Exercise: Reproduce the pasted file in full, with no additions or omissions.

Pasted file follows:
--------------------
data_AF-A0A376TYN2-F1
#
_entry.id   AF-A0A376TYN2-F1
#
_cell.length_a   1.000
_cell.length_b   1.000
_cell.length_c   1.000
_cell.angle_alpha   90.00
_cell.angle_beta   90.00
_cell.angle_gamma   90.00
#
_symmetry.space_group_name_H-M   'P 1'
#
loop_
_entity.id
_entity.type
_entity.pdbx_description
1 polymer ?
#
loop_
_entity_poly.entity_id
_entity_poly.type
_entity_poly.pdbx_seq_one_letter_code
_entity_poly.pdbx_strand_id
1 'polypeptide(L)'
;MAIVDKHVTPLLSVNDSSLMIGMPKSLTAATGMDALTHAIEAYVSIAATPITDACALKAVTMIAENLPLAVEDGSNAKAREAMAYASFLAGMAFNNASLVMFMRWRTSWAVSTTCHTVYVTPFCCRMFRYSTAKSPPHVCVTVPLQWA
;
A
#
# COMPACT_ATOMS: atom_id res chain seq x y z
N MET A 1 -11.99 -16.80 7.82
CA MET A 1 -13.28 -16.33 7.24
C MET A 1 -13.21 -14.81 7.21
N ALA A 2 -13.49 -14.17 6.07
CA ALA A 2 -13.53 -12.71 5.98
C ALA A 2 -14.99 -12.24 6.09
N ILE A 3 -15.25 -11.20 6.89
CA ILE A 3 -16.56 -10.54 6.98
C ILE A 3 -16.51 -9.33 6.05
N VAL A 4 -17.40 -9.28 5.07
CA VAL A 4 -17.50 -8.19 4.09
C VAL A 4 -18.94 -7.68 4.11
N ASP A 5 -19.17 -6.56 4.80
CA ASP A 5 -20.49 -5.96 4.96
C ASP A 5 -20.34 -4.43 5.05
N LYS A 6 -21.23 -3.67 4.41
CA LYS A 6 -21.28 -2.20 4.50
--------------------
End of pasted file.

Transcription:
data_AF-A0A376TYN2-F1
#
_entry.id   AF-A0A376TYN2-F1
#
_cell.length_a   1.000
_cell.length_b   1.000
_cell.length_c   1.000
_cell.angle_alpha   90.00
_cell.angle_beta   90.00
_cell.angle_gamma   90.00
#
_symmetry.space_group_name_H-M   'P 1'
#
loop_
_entity.id
_entity.type
_entity.pdbx_description
1 polymer ?
#
loop_
_entity_poly.entity_id
_entity_poly.type
_entity_poly.pdbx_seq_one_letter_code
_entity_poly.pdbx_strand_id
1 'polypeptide(L)'
;MAIVDKHVTPLLSVNDSSLMIGMPKSLTAATGMDALTHAIEAYVSIAATPITDACALKAVTMIAENLPLAVEDGSNAKAREAMAYASFLAGMAFNNASLVMFMRWRTSWAVSTTCHTVYVTPFCCRMFRYSTAKSPPHVCVTVPLQWA
;
A
#
# COMPACT_ATOMS: atom_id res chain seq x y z
N MET A 1 -11.99 -16.80 7.82
CA MET A 1 -13.28 -16.33 7.24
C MET A 1 -13.21 -14.81 7.21
N ALA A 2 -13.49 -14.17 6.07
CA ALA A 2 -13.53 -12.71 5.98
C ALA A 2 -14.99 -12.24 6.09
N ILE A 3 -15.25 -11.20 6.89
CA ILE A 3 -16.56 -10.54 6.98
C ILE A 3 -16.51 -9.33 6.05
N VAL A 4 -17.40 -9.28 5.07
CA VAL A 4 -17.50 -8.19 4.09
C VAL A 4 -18.94 -7.68 4.11
N ASP A 5 -19.17 -6.56 4.80
CA ASP A 5 -20.49 -5.96 4.96
C ASP A 5 -20.34 -4.43 5.05
N LYS A 6 -21.23 -3.67 4.41
CA LYS A 6 -21.28 -2.20 4.50